The social media service wants to know what’s on my mind at the moment, about anything -- TV, fitness, toenail clippings, wild weather events, or perhaps food.
Maybe I could go with this: “I had a cranberry bagel this morning -- with English Farmhouse Cheddar.”
Twitter believes all this will give me great pleasure. That I could be expressive, and it would have value to my friends, fellow consumers and perhaps marketers -- bagel manufacturers, cranberry bog growers, Italian cheese makers?
All this activity continues while Twitter apparently is for sale -- with Walt Disney, Google, and Salesforce sniffing around. Twitter stock has been volatile, way up earlier in the week and then a big collapse on Thursday -- down 20% after reports that Disney and Google are out.
Twitter wants consistent users offering insight on stuff that might yield monetization -- like insights on TV shows, cars, communication services and quinoa.
In particular, I guess Twitter would like a tweet that says: “Watched Fox’s ‘Pitch’ last night -- which I liked -- and at the same time it got me thinking about buying a great Toyota truck. And then there are ancient food grains to consider.”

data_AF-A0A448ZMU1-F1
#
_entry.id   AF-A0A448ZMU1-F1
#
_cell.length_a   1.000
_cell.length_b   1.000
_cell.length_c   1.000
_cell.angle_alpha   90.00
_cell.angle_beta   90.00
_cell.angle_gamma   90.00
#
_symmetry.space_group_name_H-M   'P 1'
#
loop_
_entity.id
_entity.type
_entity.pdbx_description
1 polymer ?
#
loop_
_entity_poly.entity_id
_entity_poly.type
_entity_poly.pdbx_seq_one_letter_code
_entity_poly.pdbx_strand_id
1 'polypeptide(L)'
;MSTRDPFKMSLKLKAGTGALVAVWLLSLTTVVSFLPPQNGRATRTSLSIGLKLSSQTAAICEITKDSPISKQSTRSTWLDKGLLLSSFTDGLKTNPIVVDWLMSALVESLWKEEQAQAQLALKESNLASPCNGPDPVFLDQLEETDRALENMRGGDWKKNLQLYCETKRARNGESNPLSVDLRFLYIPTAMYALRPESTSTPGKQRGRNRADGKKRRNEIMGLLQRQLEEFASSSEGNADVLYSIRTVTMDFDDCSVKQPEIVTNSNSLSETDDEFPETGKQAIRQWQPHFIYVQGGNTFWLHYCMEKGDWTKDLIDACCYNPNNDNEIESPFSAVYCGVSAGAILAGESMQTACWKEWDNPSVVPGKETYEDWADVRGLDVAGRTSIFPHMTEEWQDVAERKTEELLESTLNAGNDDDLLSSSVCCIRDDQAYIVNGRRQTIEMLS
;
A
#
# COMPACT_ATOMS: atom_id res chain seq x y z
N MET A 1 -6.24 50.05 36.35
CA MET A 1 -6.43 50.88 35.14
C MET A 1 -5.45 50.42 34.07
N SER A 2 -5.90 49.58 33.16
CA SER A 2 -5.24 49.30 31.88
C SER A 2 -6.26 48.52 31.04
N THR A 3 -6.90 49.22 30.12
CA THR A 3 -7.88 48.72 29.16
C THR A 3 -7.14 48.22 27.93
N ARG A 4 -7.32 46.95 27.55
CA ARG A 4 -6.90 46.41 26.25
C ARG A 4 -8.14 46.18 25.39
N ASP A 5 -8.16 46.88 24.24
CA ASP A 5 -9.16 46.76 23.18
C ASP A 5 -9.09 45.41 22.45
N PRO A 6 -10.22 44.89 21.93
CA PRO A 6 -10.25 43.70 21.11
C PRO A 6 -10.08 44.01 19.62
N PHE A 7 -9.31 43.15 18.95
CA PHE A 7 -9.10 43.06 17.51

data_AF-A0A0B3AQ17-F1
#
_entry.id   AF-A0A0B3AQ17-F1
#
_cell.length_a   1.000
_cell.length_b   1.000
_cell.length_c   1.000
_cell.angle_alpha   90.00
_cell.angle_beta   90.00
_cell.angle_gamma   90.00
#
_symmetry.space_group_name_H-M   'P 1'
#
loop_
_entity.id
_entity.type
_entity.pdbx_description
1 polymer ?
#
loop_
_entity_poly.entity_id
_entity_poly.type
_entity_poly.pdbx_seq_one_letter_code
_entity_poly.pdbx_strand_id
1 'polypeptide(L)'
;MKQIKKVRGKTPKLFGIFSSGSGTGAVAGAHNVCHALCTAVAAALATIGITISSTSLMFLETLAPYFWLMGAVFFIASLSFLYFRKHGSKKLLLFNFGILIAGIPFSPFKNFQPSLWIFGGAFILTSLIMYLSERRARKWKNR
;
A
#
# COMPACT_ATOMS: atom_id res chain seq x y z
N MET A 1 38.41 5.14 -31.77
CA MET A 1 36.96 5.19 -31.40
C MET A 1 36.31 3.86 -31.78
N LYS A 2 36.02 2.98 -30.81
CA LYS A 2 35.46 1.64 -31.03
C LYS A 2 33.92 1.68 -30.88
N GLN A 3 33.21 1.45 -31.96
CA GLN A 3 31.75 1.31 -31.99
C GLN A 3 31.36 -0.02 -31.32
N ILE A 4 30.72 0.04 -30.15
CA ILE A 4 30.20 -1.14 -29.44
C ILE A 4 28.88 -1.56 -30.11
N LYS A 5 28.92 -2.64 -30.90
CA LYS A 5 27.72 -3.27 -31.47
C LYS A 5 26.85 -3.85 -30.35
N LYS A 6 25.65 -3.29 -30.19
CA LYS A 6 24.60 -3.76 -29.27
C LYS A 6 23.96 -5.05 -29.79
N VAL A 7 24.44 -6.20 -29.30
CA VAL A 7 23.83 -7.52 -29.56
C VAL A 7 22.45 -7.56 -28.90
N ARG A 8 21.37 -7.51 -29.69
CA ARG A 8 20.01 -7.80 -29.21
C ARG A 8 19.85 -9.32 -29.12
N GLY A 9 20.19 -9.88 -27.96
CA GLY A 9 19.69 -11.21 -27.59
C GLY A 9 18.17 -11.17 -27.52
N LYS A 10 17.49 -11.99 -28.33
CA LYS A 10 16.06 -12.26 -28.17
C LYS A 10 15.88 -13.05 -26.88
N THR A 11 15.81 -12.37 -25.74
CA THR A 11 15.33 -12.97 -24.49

Media companies will increasingly be dependent on deeper consumer/user data to work up algorithms to plan and target consumer product promotions my way.
Say what you will about Twitter, it has millions of ongoing active monthly users -- 66 million in the U.S. and around 310 million worldwide. Some believe the price tag for the company could be around $20 billion. It’s market capitalization on Thursday closed at $14.9 billion.
From all this, Twitter is hoping my precious personal consumer data comes free of charge. But I’m a bit strategic -- especially since I’m a daily business news journalist. (And my opinion is already spread around social-media platforms.)
From a consumer point of view, however, we are speaking about another data set. While everyone might be worried about privacy issues, what if we all became key entrepreneurs -- in 140 word increments?
So, in that regard, I’d say:
“OK, Twitter. What it’s worth to you? Want to make a media deal with me and other consumers?”
Hey, I might even switch to U.S. cream cheese.